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'Mobilization on Steroids':How the Reserve got 125 medics to COVID's front lines in 48 hours

Reserve medics from the 433rd Airlift Wing, Joint Base San Antonio-Lackland, Texas, report for duty 48 hours after being notified they were mobilizing. (Staff Sgt. Sean Evans)

Reserve medics from the 433rd Airlift Wing, Joint Base San Antonio-Lackland, Texas, report for duty 48 hours after being notified they were mobilizing. (Staff Sgt. Sean Evans)

As Air Force Reserve Command’s execution arm for mobilizations and deployments, the Force Generation Center is used to answering the call to provide Reserve support around the world when it is needed. It’s what the FGC’s dedicated experts have been doing on a daily basis since the center was established in 2011.

Perhaps the FGC’s biggest test to date came on the first Friday in April this year when the request dropped for 125 specific Reserve medical specialists to report to Joint Base McGuire-Dix-Lakehurst, New Jersey, to help overburdened health care providers deal with the COVID-19 pandemic in the New York City area. The catch: they needed to be in place in 48 hours.

This is the story of how the FGC and the Reserve’s Surgeon General’s office teamed up to pass this test with flying colors.

When President Trump signed an executive order authorizing mobilization of the Reserve Component on March 27, the specialists in the FGC anticipated the call requesting Reserve Citizen Airmen to support the nation’s pandemic would be coming soon.

“We had a feeling for what was coming,” said Maj. Millie Grey Theriot, chief of the FGC’s Agile Combat Support Branch. “We just didn’t anticipate the extremely short suspense. This was a mobilization on steroids.”

Theriot explained that for a normal planned mobilization, the FGC usually has about two years lead time to start the planning process and Reservists know well in advance when they will be deploying. “For a normal deployment, 180 days before they are leaving, Reservists will know where they’re going, all of the pre-deployment requirements they have to have and how long they’ll be gone,” she said. “They then have several unit training assemblies to meet all of their pre-deployment requirements.”

Even in the event of a natural disaster or other sudden crisis, the FGC usually has more time to execute a mobilization.

“It rarely happens that the Secretary of Defense mobilizes someone with less than 30 days’ notice,” Grey Theriot said. “And when it does happen, it requires notification of Congress. Congress has to agree that it’s OK to mobilize someone with less than 30 days’ notice. Well, in this case that requirement was waived immediately, so what we thought was a 30-day notification was now down to two days.”

When the FGC received the Secretary of Defense Orders Book on April 3 requesting the 125 medics in 48 hours, it was the first it heard of the request.

“Normally, before we see an SDOB we already know the requirement. We have the unit type codes, the unit line numbers and line remarks,” the major said. “We didn’t have any of that this time.”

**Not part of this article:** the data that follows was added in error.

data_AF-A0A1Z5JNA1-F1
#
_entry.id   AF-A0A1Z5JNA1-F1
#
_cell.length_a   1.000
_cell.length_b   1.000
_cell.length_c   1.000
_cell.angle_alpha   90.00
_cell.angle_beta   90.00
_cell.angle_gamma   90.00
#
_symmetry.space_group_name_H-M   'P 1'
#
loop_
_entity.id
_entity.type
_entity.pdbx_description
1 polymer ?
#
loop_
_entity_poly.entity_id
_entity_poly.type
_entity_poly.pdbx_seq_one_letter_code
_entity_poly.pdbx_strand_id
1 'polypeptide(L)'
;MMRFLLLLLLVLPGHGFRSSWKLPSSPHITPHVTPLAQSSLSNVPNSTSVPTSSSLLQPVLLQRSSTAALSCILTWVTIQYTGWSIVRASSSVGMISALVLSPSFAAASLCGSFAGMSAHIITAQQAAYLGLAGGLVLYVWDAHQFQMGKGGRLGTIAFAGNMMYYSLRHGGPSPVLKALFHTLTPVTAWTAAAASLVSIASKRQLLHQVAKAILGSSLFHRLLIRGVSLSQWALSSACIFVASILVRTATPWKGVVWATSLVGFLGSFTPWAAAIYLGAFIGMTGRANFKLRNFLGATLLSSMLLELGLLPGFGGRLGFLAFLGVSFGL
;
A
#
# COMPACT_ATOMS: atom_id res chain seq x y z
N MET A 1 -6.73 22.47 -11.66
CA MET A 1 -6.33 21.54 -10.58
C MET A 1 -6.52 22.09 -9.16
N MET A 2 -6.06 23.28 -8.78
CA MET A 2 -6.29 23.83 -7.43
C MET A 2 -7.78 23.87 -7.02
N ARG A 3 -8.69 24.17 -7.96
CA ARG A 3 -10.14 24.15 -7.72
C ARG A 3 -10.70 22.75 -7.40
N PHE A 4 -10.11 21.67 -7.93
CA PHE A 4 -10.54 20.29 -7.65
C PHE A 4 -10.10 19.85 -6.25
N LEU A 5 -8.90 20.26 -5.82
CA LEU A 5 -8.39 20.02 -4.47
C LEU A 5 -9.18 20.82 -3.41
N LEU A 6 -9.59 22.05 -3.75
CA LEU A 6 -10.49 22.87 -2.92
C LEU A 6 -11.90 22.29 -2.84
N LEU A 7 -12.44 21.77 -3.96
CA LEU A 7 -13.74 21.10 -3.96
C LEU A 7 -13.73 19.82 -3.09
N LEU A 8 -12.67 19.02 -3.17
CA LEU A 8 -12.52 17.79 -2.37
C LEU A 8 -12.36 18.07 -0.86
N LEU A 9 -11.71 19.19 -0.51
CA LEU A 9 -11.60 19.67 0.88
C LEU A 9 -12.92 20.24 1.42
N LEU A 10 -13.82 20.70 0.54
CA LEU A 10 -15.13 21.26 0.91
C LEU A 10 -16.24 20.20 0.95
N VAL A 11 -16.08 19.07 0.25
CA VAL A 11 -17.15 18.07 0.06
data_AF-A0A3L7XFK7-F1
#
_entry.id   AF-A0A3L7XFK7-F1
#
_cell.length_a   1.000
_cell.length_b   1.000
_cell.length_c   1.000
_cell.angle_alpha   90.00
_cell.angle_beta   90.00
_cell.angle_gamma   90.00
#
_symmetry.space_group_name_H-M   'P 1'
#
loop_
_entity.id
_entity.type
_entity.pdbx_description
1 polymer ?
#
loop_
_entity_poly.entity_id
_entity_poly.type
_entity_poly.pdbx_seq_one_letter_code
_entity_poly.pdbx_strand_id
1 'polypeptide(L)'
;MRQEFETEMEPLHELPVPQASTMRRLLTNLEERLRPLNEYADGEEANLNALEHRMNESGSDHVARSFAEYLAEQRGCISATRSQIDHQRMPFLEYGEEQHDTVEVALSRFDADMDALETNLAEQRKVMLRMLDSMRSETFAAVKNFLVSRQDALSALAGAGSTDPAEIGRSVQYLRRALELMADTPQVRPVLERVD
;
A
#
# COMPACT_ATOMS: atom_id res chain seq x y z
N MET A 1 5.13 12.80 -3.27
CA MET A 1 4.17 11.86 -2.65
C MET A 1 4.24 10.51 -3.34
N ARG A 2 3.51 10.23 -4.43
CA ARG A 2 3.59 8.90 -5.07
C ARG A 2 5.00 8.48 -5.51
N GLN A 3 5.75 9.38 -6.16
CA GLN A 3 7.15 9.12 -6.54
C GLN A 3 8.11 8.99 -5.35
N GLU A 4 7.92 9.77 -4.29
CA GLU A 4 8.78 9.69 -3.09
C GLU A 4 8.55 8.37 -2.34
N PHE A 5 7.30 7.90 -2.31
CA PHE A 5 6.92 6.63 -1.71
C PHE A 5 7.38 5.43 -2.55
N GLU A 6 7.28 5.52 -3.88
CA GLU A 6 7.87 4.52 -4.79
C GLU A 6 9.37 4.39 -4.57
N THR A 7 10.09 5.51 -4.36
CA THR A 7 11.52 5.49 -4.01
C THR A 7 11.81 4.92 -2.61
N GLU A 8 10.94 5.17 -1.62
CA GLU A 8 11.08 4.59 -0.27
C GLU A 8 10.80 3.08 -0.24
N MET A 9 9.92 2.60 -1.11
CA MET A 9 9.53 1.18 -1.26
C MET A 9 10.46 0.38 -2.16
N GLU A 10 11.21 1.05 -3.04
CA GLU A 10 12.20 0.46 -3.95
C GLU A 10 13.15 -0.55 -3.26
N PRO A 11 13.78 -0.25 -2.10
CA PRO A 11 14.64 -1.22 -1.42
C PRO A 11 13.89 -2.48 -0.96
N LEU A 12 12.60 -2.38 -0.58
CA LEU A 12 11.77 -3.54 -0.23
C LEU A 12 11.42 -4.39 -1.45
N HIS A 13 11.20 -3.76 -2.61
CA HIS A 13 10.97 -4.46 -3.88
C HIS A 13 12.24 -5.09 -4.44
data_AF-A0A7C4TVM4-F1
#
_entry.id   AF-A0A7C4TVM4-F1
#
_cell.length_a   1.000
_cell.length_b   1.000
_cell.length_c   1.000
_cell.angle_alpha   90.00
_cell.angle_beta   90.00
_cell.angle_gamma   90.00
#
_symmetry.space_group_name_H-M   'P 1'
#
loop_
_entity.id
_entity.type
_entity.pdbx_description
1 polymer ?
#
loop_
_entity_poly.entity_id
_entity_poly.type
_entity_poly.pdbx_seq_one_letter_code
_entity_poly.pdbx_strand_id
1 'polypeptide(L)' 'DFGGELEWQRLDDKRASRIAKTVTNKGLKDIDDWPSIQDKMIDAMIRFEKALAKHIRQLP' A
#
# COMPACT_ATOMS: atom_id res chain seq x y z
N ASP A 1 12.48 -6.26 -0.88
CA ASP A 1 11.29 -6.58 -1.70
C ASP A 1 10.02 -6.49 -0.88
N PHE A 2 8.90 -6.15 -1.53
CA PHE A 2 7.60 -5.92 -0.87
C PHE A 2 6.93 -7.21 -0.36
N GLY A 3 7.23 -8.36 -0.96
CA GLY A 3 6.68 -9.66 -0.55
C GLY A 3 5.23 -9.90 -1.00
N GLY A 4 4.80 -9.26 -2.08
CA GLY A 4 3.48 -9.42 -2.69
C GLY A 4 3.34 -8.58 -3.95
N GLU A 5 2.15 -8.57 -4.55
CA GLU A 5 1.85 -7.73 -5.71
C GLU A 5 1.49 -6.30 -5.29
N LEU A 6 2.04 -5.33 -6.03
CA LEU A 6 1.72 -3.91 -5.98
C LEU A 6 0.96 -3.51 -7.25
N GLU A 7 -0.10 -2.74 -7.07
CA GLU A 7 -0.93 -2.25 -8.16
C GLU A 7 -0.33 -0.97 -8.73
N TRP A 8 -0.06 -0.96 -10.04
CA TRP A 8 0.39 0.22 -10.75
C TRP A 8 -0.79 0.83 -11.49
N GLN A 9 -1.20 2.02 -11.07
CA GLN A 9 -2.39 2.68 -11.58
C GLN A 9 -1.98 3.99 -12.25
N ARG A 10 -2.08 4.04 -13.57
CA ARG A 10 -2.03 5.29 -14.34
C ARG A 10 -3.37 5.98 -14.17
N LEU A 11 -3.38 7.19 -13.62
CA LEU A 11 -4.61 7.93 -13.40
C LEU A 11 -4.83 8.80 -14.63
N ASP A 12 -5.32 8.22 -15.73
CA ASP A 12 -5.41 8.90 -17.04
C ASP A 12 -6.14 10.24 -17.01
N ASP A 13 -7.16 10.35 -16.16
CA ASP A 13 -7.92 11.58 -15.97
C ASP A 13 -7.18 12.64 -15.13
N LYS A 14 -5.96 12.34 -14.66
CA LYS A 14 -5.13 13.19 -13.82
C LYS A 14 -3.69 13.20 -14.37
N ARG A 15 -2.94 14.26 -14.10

When the FGC received the request on April 3, the call was made immediately to the surgeon general’s office functional area managers, Lorenzae King and William Smoot, to begin identifying the Reservists who would be mobilized.

Typically, King and Smoot would forward the mobilization request out to the various Reserve units and let the units decide what qualified Reservists they had available and willing to fill the requirements. In this instance, there wasn’t time so SG had to do all of the sourcing directly from the headquarters level with some input from the wings.

“Thankfully we already had a list of Reservists who volunteered to deploy,” King, SG’s chief of medical readiness operations, said. “Unfortunately, the list didn’t match up perfectly with the requirement that was coming down.”

“Normally for us in deliberate planning, it’s usually more nurses and med techs than doctors,” Smoot, SG’s medical readiness manpower manager, said. “We’ll be asked to provide 60 people and four or five may be doctors. The rest hold other types of medical Air Force Specialty Codes. This request was for a lot of doctors, and by the way, we want to limit the impact on the local communities so we don’t want people who are already involved in treating a lot of COVID patients.”

King and Smoot worked closely with their counterparts throughout SG to find the right Reservists for the mobilization.

As the chief of manpower and the individual mobilization augmentee manager in SG, Capt. Joshua Black played a critical role.

“My involvement came into play because I have access to a lot of reports and sources of information and have a great understanding of what capabilities we have and how to find that capability,” he said. “There are 66 different medical AFSCs, and there are different shred-outs on each of those depending on what their specialties are. When we got this request to provide support in New York, it was important we were able to clearly identify those capabilities.”

Black explained that a typical mobilization might call for a flight surgeon, a doctor with a 48R AFSC. But flight surgeons can be internal medicine doctors, pulmonologists, emergency care doctors, critical care doctors, general surgeons, anesthesiologists, etc…